Monday, Sept. 20, 2010
EXPERTS OFFER INSIGHT INTO WHY ADULTS READ YOUNG ADULT AND CHILDREN'S LITERATURE
MANHATTAN — For years, adults have traveled with Alice and experienced her adventures in Wonderland. They have seen a utopian society through the eyes of Jonas in Louis Lowry's "The Giver," and they accompanied Anne Shirley on her imaginative misadventures at Green Gables farm.
It should come as no surprise that more recent young adult and children's literature -- such as Suzanne Collins' "The Hunger Games" and Neil Gaiman's "Coraline" -- are also popular with adults, said Philip Nel, Kansas State University professor of English and director of the children's literature graduate program.
"Children's literature is literature," Nel said. "It may be written for people with less height and less vocabulary, but it's still literature."
The phenomenon of adults reading literature targeted toward younger readers is nothing new, Nel said. He pointed to Mark Twain's "The Adventures of Tom Sawyer" and "The Adventures of Huckleberry Finn," which were read by both children and adults when the books were published in the late 19th century.
"Oh, the Places You'll Go!" by Dr. Seuss is another successful children's book, he said. It becomes a bestseller every graduation season -- because it is given to adults and not to children.
"I think if you're writing for children, it's harder because children are more demanding," Nel said. "Adults will read a book even if it's boring after the first 50 pages if the reviews say it’s a good book. I don't think children will. I don't think they should either."
Nel said this demanding characteristic of younger readers helps authors create some of the appealing qualities of young adult and children's literature: attention to narrative, a powerful story, a sense of wonder, efficient story-telling and developed and credible characters.
"I think in some ways literature for children can bring adults back to the pleasures of reading, because literature for children is much more connected to and invested in the pleasure of reading," Nel said.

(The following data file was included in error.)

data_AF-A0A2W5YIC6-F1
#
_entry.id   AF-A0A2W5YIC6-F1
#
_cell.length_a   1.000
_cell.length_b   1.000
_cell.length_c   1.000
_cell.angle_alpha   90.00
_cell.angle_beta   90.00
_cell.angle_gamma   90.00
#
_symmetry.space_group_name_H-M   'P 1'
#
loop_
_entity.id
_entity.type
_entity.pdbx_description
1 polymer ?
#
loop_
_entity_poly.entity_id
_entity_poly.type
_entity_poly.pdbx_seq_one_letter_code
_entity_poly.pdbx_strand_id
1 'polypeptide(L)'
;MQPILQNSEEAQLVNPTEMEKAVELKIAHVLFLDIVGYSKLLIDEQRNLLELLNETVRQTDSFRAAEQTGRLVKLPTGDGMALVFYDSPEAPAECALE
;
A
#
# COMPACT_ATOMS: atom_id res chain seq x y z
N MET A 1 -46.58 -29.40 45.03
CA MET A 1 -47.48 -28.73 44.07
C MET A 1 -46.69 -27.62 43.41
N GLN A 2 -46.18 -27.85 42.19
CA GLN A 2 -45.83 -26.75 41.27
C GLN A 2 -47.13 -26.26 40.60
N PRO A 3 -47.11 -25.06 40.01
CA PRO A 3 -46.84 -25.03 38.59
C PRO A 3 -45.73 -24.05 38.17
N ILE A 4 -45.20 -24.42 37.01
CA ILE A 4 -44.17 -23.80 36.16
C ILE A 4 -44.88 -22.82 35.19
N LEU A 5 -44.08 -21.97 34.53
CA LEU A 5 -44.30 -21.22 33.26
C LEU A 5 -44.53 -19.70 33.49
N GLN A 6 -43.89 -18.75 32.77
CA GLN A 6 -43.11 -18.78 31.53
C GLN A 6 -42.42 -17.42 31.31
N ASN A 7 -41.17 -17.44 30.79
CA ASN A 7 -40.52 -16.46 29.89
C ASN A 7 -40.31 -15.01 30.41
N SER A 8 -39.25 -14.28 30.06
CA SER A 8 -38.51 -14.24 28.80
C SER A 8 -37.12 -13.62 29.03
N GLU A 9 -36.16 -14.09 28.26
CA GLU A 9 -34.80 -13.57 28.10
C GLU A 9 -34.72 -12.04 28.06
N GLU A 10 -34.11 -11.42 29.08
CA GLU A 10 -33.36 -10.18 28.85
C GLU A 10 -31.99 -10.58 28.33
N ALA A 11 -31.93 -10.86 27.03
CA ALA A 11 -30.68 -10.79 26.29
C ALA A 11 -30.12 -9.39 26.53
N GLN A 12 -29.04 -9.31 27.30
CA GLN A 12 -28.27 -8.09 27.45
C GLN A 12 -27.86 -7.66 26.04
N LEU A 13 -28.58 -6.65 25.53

"Literature for young readers frequently offers an interesting plot with compelling characters -- features that attract older readers who also enjoy a good story," said Karin Westman, associate professor and head of the department of English. "Literature for younger readers often tackles larger cultural issues through personal stories, and older readers may like the opportunity to think about the world in those terms."
Sometimes young adult and children's books are published and marketed to both young adult and adult readers, Nel and Westman said. Mark Haddon's "The Curious Incident of the Dog in the Night-time" and Collins' "The Hunger Games" series are two successfully marketed examples.
Even the Harry Potter books were marketed to both young adults and adults in the United Kingdom. When "Harry Potter and the Philosopher's Stone" was published, the adult cover had a black and white train on the cover to give it a more grown-up look, rather than the colorful illustration on the children's book. Eventually, the books became so famous that the adult covers didn’t matter, according to Nel and Westman.
But it's more than just a marketing tactic that makes young adult literature so popular. It's the talent of authors, such as J.K. Rowling, Lewis Carroll and L.M. Montgomery, to create a good story told well, Nel said, who added he thinks it's silly for people to express surprise at the popularity of young adult books among adults.
"It's not the 'dumbing-down' of America," Nel said. "Children's literature is always read by adults. They write it, edit it, market it, sell the manuscript for it. Children's literature is universal."One should be surprised that grown-ups don't read more of it because it is the most important literature you'll read," Nel said. "These are the books that you read when you're still in the process of figuring out who you are."